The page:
A new twist to an old and explosive story: the Gunpowder Plot, and the man who knew exactly what happened - the Lieutenant of the Tower, Sir William Waad.
Author: Fiona Bengtsen
Publisher: Trafford Publishing
Category: Biography & Autobiography
P. W. Singer explores the greatest revolution in military affairs since the atom bomb: the dawn of robotic warfare We are on the cusp of a massive shift in military technology that threatens to make real the stuff of I, Robot and The Terminator. Blending historical evidence with interviews of an amazing cast of characters, Singer shows how technology is changing not just how wars are fought, but also the politics, economics, laws, and the ethics that surround war itself. Travelling from the battlefields of Iraq and Afghanistan to modern-day "skunk works" in the midst of suburbia, Wired for War will tantalise a wide readership, from military buffs to policy wonks to gearheads.
The Robotics Revolution and Conflict in the 21st Century
Author: P. W. Singer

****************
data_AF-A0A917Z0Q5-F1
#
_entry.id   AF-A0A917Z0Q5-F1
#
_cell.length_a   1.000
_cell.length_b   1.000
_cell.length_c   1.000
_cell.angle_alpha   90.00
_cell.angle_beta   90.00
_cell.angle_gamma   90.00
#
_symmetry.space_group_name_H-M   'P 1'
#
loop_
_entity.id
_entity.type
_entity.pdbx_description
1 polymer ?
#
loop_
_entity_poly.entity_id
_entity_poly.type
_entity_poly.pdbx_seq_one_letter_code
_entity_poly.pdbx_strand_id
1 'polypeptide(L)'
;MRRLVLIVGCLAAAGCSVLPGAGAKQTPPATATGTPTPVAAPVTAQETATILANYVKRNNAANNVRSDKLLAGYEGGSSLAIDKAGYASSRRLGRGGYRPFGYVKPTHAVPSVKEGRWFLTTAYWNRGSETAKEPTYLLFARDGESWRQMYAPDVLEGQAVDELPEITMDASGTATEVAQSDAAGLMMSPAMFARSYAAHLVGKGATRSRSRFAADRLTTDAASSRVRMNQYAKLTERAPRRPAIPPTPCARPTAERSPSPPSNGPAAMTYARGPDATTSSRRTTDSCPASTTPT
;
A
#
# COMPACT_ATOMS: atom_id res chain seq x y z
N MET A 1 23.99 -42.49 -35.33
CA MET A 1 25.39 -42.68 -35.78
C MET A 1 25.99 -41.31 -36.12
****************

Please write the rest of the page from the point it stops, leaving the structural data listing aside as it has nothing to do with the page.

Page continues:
Category: Technology & Engineering
Author: Emily Sarah Holt
Publisher: Library of Alexandria
Category: Great Britain
This book explores the various historical and cultural aspects of scientific, medical and technical exchanges that occurred between central Europe and Asia. A number of papers investigate the printing, gunpowder, guncasting, shipbuilding, metallurgical and drilling technologies while others deal with mapping techniques, the adoption of written calculation and mechanical clocks as well as the use of medical techniques such as pulse taking and electrotherapy. While human mobility played a significant role in the exchange of knowledge, translating European books into local languages helped the introduction of new knowledge in mathematical, physical and natural sciences from central Europe to its periphery and to the Middle East and Asian cultures. The book argues that the process of transmission of knowledge whether theoretical or practical was not a simple and one-way process from the donor to the receiver as it is often admitted, but a multi-dimensional and complex cultural process of selection and transformation where ancient scientific and local traditions and elements. The book explores the issue from a different geopolitical perspective, namely not focusing on a singular recipient and several points of distribution, namely the metropolitan centres of science, medicine, and technology, but on regions that are both recipients and distributors and provides new perspectives based on newly investigated material for historical studies on the cross scientific exchanges between different parts of the world.
Historical Studies on the Transmission, Adoption and Adaptation of Knowledge
Author: Feza Günergun,Dhruv Raina
Publisher: Springer Science & Business Media